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Rupert Hargreaves
Rupert Hargreaves
Articles (347)  | Author's Website |

Seth Klarman on the Importance of Catalysts in Value Investing

Catalysts are required for value investors to achieve the best results

November 13, 2017

Value investing can be a very stressful and tiring discipline. In a bear market, finding value is relatively easy. In today's market environment, however, finding the market's most undervalued equities is a lot harder--you need to dig deep to find the hidden value.

But in any market environment, finding value is only the first part of the whole value process. The most frustrating and challenging part of value investing is having the patience and discipline to wait for the value to be realized, however long it may take.

You may have discovered what you believe is the most undervalued stock in the world, uncovered by Wall Street and hidden on an over-the-counter exchange. But unless the rest of the market realizes the opportunity, the share price will not budge and you might find yourself sitting very patiently for many years.

Still, the returns on offer should more than compensate for the time it takes for value to emerge. Even if a stock does nothing for five years, but eventually returns 100% in its fifth year, that is a compound annual return of around 15%. If you can repeat this over the next five-year period, you will do pretty well for yourself over the long term.

There are two problems with this approach, however. First of all, not many investors can afford to, or have the patience to, wait five years for value to be realized. Second, other opportunities out there may present themselves with the prospect for higher returns. This is why, to achieve the best returns, a catalyst is needed.

Catalysts can take many forms, from a new CEO or a change in business fortunes to Wall Street analyst coverage, but they all lead to the same result: higher share prices.

Klarman on value catalysts

Seth Klarman (Trades, Portfolio) discusses value catalysts in his book, "Margin of Safety":

“Catalysts vary in their potency. The orderly sale or liquidation of a business leads to total value realization. Corporate spinoffs, share buybacks, recapitalizations, and major asset sales usually bring about only partial value realization.”

He goes on to say “value investors are always on the lookout for catalysts” as “realization of underlying value through a catalyst is an important means of generating profits.” Without the presence of a catalyst, value investors could find themselves out of pocket if the situation deteriorates slowly:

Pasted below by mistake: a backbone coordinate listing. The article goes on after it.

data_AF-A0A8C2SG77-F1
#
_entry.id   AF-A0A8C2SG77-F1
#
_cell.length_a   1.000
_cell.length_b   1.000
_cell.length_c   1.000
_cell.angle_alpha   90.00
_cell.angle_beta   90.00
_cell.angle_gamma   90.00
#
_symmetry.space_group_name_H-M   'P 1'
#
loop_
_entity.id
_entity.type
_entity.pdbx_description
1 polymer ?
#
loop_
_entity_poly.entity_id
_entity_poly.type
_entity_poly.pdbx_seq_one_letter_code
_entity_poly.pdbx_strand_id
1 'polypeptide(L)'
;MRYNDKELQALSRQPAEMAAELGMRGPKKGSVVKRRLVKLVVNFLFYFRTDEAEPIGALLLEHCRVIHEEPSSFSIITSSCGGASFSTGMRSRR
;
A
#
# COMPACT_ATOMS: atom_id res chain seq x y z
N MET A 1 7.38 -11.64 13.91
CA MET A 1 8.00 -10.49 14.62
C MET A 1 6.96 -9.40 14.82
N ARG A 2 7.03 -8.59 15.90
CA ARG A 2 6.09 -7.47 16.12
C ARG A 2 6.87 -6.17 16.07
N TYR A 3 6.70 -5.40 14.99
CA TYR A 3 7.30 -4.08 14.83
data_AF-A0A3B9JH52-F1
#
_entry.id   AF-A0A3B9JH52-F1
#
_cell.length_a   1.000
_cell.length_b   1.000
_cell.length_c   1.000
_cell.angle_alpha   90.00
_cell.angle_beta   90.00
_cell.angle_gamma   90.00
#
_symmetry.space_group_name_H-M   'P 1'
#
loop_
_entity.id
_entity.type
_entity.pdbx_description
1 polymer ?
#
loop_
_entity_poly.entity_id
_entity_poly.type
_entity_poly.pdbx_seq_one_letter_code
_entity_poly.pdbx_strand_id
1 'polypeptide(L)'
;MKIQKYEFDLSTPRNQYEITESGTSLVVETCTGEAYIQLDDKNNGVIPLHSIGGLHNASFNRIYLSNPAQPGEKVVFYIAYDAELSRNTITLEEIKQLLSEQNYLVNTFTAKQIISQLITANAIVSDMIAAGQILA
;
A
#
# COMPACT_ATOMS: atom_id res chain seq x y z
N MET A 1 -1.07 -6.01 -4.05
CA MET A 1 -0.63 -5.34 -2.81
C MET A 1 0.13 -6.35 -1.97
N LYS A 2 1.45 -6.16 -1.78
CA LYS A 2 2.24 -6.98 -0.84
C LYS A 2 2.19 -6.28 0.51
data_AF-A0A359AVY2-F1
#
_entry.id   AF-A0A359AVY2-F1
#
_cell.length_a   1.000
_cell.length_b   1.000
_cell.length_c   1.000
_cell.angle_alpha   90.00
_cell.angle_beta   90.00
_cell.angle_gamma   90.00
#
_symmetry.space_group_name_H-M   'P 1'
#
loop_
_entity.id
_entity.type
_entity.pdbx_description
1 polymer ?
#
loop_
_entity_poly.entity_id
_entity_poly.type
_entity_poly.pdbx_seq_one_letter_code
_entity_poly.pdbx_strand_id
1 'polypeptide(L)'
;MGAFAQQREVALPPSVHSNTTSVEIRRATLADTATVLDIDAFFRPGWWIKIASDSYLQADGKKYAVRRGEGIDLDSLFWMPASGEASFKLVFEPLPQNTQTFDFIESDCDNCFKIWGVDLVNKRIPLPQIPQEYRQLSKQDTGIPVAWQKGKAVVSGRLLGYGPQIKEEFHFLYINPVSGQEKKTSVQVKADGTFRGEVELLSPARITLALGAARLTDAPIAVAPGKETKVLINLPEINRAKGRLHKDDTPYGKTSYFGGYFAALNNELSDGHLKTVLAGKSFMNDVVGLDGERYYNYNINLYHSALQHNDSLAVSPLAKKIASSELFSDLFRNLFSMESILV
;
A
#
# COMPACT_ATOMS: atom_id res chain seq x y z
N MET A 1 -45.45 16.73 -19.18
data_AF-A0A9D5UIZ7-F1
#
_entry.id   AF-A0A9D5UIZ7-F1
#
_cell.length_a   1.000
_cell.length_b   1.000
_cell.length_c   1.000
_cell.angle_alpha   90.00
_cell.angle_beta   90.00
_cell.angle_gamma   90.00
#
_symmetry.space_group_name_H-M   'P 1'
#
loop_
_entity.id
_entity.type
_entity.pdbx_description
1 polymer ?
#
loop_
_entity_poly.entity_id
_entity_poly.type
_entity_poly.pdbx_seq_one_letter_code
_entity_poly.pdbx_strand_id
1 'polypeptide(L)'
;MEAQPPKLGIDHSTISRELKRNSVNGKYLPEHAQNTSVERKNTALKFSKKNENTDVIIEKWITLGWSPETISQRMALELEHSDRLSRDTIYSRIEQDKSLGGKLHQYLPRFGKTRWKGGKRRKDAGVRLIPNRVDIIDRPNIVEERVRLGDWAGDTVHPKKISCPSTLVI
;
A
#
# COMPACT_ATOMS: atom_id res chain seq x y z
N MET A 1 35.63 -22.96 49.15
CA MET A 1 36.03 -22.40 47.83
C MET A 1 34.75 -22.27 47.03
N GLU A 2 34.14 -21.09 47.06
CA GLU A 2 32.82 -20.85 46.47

“In the absence of a catalyst, however, underlying value could erode; conversely, the gap between price and value could widen with the vagaries of the market.”


“Catalysts for partial value realization serve two important purposes.

First, they do help to realize underlying value, sometimes by placing it directly into the hands of shareholders such as through a recapitalization or spinoff and other times by reducing the discount between price and underlying value, such as through a share buyback.

Second, a company that takes action resulting in the partial realization of underlying value for shareholders serves notice that management is shareholder oriented and may pursue additional value-realization strategies in the future. Over the years, for example, investors in Teledyne have repeatedly benefitted from timely share repurchases and spinoffs.”

It can be argued that Klarman’s desire to look for a catalyst is based on his desire to minimize risk and turnover value investments. Even though he is looking for the best investments and is not trading for short-term returns, unlike Buffett, Klarman will not be in the stock forever, he will be looking to sell up and move on at some point.

Having a catalyst speeds up this process and allows him as an investor, not a business owner, to compound capital faster.

The most prominent risk value investors face is falling into a value trap. Unfortunately, sometimes it is impossible to spot these pitfalls before it is too late. The slow and steady decline of a share price -- absent of any news -- is the worst possible scenario a value investor could face.

Sometimes the market just hates the company, and you could end up losing a lot if the underlying value erodes as well.

Catalysts are not required for value investing, but they certainly help reduce losses.

About the author:

Rupert Hargreaves
Rupert is a committed value investor and regularly writes and invests following the principles set out by Benjamin Graham. Prior to his investing and writing career, Rupert was as a proprietary currency trader. Rupert holds qualifications from the Chartered Institute for Securities & Investment and the CFA Society of the UK. He covers everything value investing for ValueWalk and other sites on a freelance basis.

Visit Rupert Hargreaves's Website


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